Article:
Joined: Feb 2008
Location: Oviedo, Espaņa
Things got a bit out of hand last night, only got back from the embassy late. Im pleased to report though that I excersized some self-control and drank iced water while everone else was This meant I was still able to hit the gym again at 05h30 this morning. Tomorrow Iīm riding training for 4-5 hours.
I must also just take the opportunity to thank Hoofseun who kindly posted me a copy of Charlie Boormanīs race to Dakar dvd all the way from South Africa. Youre an legend and inspiration, Hoofseun. A good DVD to watch if you want to do the Dakar. [size=7pt]Iīm toying with the idea of a 2012 Dakar but lets not get too ahead of ourselves just yet, nę? [/size]
The 2nd DVD I thought reflected the true grit required to finish. Hmmm good mental food for the 2nd longest rally in the world after Dakar in 103 days time....The Dos Sertões . Click on the link below for more info.
SANTA HELENA DE GOIAS, BRAZIL - JUNE 24: Brazil's Thiago Fantosi in action during the first stage of the 2009 Sertoes International Rally, between Goiania and Santa Helena de Goias, on June 24, 2009. The 2009 edition of the Rally dos Sertoes, as the most important off-road race in Brazil is locally known, will cross over 5,000 kilometers of seven Brazilian states.
Anyway as usual, I digress
Day 2 Continued
We sped off into a big flat plain with dirt roads set out in a large rectangular grid. The Roadbook began to take us through a series of turns left & right, it was going to be easy. Just keep an eye on that ICO and count down the kilometers to the next instersection. Ha! Scottīs roadbook writing wizardry caught us again with our pants down around our ankles - Well thatīs my excuse and Im sticking to it! It read something like this: turn 90 degrees right on a 270 heading at 21.23miles, then left onto a 180 cap at 23.32 miles right again to 270 cap at 24.23 miles... Easy enough. But try that at 140km/hr, negotiating the odd rut & hole while youre checking distances. The mind switches off because its easy and before you know it youre watching that ICO counting fast... ...turn at 23.24 and ...... again at 24.23. This is easy peasy! But we only found out we were wrong about 3 miles later when we had to turn right and there was no road, no track, nothing going right. It truely stumped us. The lesson I got was dont watch that ICO too much and remember the correct mileage on the roadbook. We turned and watched the bike & sidecar tearing up and down the correct route about three miles away from us. It was humbling allright.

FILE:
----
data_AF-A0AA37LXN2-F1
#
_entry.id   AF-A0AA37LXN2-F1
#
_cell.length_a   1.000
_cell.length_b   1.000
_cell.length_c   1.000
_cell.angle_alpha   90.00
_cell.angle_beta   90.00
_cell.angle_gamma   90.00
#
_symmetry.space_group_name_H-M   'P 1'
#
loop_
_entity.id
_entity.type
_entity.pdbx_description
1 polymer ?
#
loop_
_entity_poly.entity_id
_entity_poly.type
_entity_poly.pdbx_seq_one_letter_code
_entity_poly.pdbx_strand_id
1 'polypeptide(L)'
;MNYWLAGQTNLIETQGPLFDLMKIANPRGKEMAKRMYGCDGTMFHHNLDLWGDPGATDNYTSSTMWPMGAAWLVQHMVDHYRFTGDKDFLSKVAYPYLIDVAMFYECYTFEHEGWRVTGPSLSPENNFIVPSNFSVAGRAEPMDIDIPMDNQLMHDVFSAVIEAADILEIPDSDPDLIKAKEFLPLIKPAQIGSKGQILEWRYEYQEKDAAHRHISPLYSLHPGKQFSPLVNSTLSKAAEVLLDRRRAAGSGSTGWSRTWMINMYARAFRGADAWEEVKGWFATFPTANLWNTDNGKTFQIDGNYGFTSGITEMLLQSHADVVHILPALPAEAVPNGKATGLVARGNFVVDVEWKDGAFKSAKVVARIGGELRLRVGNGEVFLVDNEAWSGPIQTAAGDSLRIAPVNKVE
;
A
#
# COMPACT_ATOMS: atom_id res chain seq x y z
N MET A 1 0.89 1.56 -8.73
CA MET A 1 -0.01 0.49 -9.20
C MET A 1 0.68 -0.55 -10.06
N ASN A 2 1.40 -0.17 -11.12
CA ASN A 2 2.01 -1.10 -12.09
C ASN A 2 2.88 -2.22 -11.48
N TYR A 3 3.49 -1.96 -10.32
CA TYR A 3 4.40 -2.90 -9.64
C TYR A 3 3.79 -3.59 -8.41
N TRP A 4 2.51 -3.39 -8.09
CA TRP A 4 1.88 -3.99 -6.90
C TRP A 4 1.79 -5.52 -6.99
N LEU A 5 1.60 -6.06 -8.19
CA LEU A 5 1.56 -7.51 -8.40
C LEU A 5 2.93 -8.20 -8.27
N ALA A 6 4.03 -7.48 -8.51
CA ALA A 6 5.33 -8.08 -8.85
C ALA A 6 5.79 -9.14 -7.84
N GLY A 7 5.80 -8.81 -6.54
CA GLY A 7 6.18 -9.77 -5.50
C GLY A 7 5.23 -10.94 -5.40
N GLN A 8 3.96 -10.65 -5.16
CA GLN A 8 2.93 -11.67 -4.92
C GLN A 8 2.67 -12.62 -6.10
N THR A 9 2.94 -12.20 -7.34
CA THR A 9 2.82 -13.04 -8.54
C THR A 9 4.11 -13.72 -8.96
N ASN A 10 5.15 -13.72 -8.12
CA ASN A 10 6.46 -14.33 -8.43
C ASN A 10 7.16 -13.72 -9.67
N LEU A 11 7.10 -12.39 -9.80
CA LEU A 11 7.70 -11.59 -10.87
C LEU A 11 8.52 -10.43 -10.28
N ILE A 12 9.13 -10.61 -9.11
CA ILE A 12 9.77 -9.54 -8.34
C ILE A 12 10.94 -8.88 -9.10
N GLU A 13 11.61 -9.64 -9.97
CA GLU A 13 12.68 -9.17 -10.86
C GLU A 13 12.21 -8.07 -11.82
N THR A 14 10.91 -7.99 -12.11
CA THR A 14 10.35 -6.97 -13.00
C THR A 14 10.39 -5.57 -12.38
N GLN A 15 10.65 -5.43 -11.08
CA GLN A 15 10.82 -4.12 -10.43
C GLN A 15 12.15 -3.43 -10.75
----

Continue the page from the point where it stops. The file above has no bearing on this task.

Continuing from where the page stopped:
The rest of the loop was straight forward and re rolled back to the start of the 4th Loop, another 30 mile quickie.
Darin at the start of his epic 230 mile loop in preparation for the Sertões. Too far for us n00bs, we needed to get navigation sorted properly 1st, so we did shorter routes with more closely spaced navigational challenges instead.
Marcus, Darin, & Dave (another Team Wild West Dos Sertões member)